July 18, 2016
by Historical Climatologist Evelyn Browning-Garriss & Climatological Analyst James J. Garriss
The warm El Niño ended in mid-May. For about a month we felt the after effect ‒ heavy storms, rains and floods. Now, however, we are heading towards the opposite tropical weather pattern, La Niña, at rocket speed. In the second week of July, we are only one-tenth of a degree from officially having La Niña conditions.
El Niño is when the Tropical Pacific is hotter than normal while La Niña is when the same area is cooler. As the Earth rotates, weather in the tropics is spun out towards the poles. In the case of La Niña, it creates drier US weather and cooler winters.
We are already seeing the drying. Since El Niño ended, the continental US has seen dry and drought areas increase by 13 percent. If, as most experts have been warning, the La Niña conditions start in late summer, that would create a drier, hotter August and September, with some critical areas in the Midwest experiencing a high risk of drought.
The odds are currently very high that La Niña conditions and weather will start in late summer. It may not be an official La Niña event since, scientifically these cool conditions have to linger for 7 months in a row, so you can have La Niña conditions creating drought for six months and still not have experts declaring an official La Niña event. Meanwhile, your grass dies and you have to irrigate the crops.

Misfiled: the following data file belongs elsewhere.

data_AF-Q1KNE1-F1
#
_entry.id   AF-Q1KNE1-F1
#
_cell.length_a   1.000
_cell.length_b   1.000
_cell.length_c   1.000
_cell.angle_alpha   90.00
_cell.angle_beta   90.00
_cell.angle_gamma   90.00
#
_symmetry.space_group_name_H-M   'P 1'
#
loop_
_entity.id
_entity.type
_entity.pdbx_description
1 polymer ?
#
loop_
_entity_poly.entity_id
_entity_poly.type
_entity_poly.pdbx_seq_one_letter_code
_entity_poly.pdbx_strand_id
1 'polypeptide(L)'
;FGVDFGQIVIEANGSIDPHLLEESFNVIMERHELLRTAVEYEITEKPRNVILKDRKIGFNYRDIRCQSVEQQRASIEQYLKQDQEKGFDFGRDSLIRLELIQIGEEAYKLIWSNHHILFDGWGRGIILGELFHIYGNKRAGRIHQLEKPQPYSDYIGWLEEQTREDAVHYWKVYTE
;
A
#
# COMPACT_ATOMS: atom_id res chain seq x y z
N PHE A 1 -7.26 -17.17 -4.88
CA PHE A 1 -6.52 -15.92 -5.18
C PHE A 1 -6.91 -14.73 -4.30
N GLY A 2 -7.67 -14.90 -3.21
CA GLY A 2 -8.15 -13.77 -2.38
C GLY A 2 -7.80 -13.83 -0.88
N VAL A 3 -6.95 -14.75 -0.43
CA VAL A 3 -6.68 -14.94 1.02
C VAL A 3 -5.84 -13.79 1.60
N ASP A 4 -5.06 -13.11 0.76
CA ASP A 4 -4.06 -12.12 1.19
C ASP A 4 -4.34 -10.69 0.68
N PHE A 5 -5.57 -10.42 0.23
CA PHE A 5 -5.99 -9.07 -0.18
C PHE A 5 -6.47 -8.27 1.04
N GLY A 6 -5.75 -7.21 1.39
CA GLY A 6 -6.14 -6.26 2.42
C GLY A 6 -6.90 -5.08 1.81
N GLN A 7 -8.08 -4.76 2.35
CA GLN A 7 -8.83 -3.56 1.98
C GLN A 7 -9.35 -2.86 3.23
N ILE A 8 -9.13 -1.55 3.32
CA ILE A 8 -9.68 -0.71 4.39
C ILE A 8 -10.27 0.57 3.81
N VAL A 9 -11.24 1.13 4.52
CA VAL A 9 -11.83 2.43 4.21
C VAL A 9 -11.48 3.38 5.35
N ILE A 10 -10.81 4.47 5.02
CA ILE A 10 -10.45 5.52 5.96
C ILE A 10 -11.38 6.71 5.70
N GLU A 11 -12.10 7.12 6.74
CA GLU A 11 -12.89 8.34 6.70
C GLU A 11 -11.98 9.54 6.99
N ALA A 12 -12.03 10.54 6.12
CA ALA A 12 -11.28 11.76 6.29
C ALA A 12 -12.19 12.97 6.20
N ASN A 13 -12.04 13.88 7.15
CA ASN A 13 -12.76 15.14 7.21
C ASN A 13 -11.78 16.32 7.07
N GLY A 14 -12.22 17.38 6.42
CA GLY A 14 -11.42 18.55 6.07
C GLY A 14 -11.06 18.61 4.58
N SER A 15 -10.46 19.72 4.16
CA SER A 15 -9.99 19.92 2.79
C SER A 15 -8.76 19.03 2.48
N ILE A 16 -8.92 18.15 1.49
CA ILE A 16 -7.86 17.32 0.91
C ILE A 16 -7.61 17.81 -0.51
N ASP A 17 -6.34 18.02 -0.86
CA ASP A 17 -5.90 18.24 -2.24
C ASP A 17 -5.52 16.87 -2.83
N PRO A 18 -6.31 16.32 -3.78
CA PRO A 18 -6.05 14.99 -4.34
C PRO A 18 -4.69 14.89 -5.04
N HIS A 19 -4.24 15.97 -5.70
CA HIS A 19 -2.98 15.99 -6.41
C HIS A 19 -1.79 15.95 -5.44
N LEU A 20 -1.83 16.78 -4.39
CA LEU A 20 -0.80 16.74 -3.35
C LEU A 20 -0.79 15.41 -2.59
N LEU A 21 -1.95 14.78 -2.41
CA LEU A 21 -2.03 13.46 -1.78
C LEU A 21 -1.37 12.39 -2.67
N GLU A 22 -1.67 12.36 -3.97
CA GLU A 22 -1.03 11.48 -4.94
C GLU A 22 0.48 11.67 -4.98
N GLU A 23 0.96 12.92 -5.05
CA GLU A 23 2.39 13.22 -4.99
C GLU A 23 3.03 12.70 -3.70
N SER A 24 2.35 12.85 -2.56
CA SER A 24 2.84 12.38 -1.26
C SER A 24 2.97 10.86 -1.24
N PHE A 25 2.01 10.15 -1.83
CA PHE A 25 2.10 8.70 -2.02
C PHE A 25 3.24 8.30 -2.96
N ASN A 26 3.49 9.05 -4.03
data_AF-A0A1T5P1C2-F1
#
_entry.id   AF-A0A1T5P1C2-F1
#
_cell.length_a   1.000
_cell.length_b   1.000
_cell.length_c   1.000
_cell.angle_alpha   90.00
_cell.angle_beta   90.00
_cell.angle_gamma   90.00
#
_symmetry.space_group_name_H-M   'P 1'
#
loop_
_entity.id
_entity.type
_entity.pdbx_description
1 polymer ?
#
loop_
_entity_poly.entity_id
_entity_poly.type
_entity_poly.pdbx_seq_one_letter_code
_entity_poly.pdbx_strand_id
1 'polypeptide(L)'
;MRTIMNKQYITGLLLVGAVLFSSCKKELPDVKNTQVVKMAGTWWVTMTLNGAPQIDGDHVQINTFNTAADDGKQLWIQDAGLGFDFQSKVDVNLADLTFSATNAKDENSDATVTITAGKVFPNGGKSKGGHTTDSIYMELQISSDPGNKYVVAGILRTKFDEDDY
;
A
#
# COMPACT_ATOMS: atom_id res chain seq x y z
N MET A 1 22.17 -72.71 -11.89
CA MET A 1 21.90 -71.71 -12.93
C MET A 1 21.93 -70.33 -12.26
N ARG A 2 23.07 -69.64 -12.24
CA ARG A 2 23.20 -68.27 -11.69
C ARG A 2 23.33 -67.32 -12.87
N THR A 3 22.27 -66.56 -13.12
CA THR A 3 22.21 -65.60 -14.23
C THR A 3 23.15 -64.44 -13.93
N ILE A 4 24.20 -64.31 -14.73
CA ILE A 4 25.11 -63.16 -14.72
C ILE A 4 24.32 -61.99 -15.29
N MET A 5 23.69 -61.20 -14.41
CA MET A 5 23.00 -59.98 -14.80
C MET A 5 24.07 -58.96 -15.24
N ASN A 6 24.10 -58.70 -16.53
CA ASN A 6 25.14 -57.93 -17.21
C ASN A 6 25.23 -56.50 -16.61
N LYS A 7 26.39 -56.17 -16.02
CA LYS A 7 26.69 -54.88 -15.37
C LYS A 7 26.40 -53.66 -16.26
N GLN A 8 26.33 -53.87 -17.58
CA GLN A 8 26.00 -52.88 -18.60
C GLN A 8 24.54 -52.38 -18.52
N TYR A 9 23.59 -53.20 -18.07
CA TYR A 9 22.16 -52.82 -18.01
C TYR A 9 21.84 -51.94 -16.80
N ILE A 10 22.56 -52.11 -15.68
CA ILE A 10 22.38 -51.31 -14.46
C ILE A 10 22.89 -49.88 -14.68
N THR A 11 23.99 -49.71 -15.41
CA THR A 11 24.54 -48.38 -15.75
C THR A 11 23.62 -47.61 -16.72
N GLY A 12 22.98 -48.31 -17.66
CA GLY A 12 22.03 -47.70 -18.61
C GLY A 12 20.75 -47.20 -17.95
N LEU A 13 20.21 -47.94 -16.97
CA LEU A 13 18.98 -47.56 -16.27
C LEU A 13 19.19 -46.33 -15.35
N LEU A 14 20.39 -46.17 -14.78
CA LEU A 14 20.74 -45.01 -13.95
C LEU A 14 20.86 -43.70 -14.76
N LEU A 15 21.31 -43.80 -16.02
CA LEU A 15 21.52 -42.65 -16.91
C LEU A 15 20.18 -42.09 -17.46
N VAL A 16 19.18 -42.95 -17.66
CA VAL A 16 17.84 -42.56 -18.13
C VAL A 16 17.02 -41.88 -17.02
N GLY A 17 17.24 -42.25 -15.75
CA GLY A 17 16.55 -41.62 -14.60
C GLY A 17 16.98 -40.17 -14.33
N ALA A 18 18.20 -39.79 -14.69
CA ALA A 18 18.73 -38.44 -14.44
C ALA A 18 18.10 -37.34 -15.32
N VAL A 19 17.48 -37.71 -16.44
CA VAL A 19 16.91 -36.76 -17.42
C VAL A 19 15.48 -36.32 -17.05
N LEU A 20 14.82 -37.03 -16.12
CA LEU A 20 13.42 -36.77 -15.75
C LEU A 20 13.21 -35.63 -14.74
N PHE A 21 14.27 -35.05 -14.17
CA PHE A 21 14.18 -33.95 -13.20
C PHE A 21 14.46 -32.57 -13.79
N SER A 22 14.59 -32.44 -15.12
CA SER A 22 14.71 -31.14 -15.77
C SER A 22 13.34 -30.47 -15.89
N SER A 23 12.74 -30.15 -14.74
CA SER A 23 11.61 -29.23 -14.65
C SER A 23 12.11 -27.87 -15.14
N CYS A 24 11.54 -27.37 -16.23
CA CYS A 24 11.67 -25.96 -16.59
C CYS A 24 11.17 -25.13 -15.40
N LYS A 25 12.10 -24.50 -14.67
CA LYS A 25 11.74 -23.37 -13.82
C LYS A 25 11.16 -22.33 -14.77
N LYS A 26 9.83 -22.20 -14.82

Here’s the good news. Even though we are seeing more dry weather, the recent El Niño left a lot of subsoil moisture and full reservoirs. The crops planted in the Midwest, particularly those planted early have had a chance to grow hearty root systems. Moreover, with the La Niña scheduled for late summer, most of the corn crop will be able to get through the crucial silking period, leaving soybeans (and pastures) most affected by the dry weather.
In other words, the La Niña will cause problems, but the watery parting gifts from the late El Niño may ease the sting. -TBB
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